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Should I buy Deliveroo after its share price drop?

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A Deliveroo rider on the move
Image: Deliveroo

The Deliveroo (LSE: ROO) share price has fallen over the past month. The food delivery mammoth has risen 17% in value over the past year. But the share price steadily reversed from the record highs around 395p recorded in mid-August to 335p today. Does this represent a top dip buying opportunity for my portfolio?

Why Deliveroo’s share price could rebound

Here’s why I’m interested in Deliveroo shares today:

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  • It has the bit between its teeth. The Deliveroo share price got off to a stinker following the company’s IPO back in March. But it steadily gained traction thereafter on the back of some impressive trading numbers. It upgraded its full-year guidance back in July, and its latest update showed revenues rocket 82% between January and June. More forecast-beating sales could give Deliveroo’s share price fresh doses of rocket fuel.
  • Service expansion rolls on. Deliveroo continues to build its restaurant base at a feverish pace to win business from hungry customers. In the second quarter alone it added another 10,000 sites to its books. It is also continuing to build its grocery business and more recently it teamed up with Boots to offer home deliveries on hundreds of health and beauty products.
  • Online food delivery is tipped for more explosive growth. Deliveroo’s profits rocketed as the broader online food delivery market ballooned following the Covid-19 breakout. Industry forecasts suggest that the market will keep growing at a tremendous rate too. Statista expects the UK online food delivery market to to be worth $15.9bn by 2025 versus $11.1bn today.
  • Delivery Hero grabs a slice. News that German food delivery colossus had acquired a 5.09% stake in the business helped Deliveroo’s share price hit their peaks last month. It’s not a surprise as to why, as it’s fed speculation that a full takeover could be coming. At the very least, multinational mammoth Delivery Hero could help the UK share gain traction in its own markets.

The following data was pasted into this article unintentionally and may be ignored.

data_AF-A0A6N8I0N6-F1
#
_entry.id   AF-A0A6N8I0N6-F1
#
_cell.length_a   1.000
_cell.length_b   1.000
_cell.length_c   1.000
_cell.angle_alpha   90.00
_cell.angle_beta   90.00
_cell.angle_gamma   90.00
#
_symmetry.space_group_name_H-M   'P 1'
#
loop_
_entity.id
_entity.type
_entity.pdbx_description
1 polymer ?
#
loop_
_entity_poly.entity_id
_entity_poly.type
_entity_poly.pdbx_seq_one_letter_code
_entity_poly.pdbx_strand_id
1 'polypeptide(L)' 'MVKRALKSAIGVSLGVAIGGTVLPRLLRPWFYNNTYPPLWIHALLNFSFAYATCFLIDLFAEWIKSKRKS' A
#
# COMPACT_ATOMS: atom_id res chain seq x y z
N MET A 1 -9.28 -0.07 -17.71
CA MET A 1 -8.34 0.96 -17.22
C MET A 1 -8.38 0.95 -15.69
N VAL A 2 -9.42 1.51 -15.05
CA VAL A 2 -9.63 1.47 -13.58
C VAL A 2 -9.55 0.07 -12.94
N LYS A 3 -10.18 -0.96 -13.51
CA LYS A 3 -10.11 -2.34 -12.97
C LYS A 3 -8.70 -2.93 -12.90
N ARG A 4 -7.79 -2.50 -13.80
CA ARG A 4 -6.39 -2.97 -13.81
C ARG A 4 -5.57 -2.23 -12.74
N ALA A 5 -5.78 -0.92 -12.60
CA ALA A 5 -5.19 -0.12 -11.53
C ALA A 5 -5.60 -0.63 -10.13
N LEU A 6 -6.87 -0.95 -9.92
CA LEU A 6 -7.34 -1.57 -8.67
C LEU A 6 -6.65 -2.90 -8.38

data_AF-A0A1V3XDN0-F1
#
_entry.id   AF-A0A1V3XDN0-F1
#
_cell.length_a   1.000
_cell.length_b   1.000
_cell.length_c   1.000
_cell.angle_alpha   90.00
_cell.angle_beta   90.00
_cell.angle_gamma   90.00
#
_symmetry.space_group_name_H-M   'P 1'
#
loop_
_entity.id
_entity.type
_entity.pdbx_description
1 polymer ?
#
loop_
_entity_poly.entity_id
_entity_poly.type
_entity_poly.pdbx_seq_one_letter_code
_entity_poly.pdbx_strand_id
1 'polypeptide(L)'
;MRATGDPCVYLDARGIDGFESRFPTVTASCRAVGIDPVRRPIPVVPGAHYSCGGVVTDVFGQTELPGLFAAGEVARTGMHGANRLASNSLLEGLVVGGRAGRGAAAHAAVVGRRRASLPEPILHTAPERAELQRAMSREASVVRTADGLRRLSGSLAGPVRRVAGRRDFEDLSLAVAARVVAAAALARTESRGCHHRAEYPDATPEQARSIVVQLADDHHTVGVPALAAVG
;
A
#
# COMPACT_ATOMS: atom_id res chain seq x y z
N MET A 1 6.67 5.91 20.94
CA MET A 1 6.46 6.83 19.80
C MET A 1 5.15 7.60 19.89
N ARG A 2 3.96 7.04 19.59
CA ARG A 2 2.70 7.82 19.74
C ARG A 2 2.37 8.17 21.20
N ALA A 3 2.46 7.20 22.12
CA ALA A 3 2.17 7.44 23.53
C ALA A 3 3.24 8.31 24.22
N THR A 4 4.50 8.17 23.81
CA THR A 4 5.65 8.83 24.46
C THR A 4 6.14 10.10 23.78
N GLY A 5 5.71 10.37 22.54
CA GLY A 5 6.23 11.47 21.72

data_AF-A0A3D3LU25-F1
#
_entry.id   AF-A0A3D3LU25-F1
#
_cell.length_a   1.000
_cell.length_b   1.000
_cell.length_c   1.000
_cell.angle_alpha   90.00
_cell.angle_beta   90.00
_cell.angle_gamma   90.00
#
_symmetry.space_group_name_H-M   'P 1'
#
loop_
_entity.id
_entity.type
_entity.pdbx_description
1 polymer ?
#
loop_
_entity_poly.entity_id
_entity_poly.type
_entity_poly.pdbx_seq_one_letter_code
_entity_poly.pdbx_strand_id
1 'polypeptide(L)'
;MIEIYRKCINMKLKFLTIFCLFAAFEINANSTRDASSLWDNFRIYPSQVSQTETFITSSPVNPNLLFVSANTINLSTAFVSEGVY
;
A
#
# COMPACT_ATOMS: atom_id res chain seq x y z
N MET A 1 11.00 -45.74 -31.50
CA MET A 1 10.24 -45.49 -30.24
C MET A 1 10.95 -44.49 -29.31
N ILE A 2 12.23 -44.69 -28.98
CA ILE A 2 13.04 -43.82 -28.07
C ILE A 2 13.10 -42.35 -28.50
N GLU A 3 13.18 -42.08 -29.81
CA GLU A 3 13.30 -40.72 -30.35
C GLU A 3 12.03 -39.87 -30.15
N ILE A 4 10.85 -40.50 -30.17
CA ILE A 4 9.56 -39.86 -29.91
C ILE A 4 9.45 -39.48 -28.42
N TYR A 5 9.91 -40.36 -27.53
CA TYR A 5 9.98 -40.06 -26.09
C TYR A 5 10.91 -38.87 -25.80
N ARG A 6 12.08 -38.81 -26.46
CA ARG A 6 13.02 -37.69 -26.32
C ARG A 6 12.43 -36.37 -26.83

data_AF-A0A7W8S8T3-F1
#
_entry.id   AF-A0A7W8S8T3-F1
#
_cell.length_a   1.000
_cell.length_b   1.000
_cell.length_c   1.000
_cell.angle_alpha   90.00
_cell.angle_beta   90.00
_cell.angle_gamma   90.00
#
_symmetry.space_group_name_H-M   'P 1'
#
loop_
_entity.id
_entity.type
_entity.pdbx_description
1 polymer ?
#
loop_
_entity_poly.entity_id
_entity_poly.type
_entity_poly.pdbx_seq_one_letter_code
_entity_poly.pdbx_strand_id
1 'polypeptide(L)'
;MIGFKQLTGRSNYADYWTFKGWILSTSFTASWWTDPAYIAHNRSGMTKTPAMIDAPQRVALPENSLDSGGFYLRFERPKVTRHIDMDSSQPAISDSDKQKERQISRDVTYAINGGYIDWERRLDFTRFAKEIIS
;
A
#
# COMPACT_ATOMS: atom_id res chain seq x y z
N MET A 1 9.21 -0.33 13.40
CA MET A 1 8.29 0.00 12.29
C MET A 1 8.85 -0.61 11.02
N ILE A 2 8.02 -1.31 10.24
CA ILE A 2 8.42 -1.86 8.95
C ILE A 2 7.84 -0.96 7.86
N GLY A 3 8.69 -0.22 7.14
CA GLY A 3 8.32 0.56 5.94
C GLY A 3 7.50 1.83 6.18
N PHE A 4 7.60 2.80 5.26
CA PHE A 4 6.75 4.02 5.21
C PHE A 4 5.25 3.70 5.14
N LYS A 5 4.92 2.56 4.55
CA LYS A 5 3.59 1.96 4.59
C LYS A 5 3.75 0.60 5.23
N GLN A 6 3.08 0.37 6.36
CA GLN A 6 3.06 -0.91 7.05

Heres what I’d do now

There’s clearly reasons to be bullish on the food delivery giant, then. But I for one won’t be buying Deliveroo shares following the price drop.

I’m concerned about the huge investment costs the business is incurring to build its platform, expenses that mean City analysts don’t think it will make a profit until 2024 at the earliest.

It’s likely that Deliveroo will need to keep splashing the cash to take on its rivals as well. The business now has more food merchants on its books than any other service. But competition from the likes of Just Eat, Uber Eats, and a gigantic list of smaller operators is immense and poses a big threat to future profits.

Meanwhile, criticism of Deliveroo’s employee practices continues to rumble on in the background. And this could eventually force the company to make changes that could significantly push up labour costs. Concerns over this smacked the Deliveroo share price shortly after its March 2021 IPO and could do so again.

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Royston Wild has no position in any of the shares mentioned. The Motley Fool UK has recommended Just Eat N.V. Views expressed on the companies mentioned in this article are those of the writer and therefore may differ from the official recommendations we make in our subscription services such as Share Advisor, Hidden Winners and Pro. Here at The Motley Fool we believe that considering a diverse range of insights makes us better investors.

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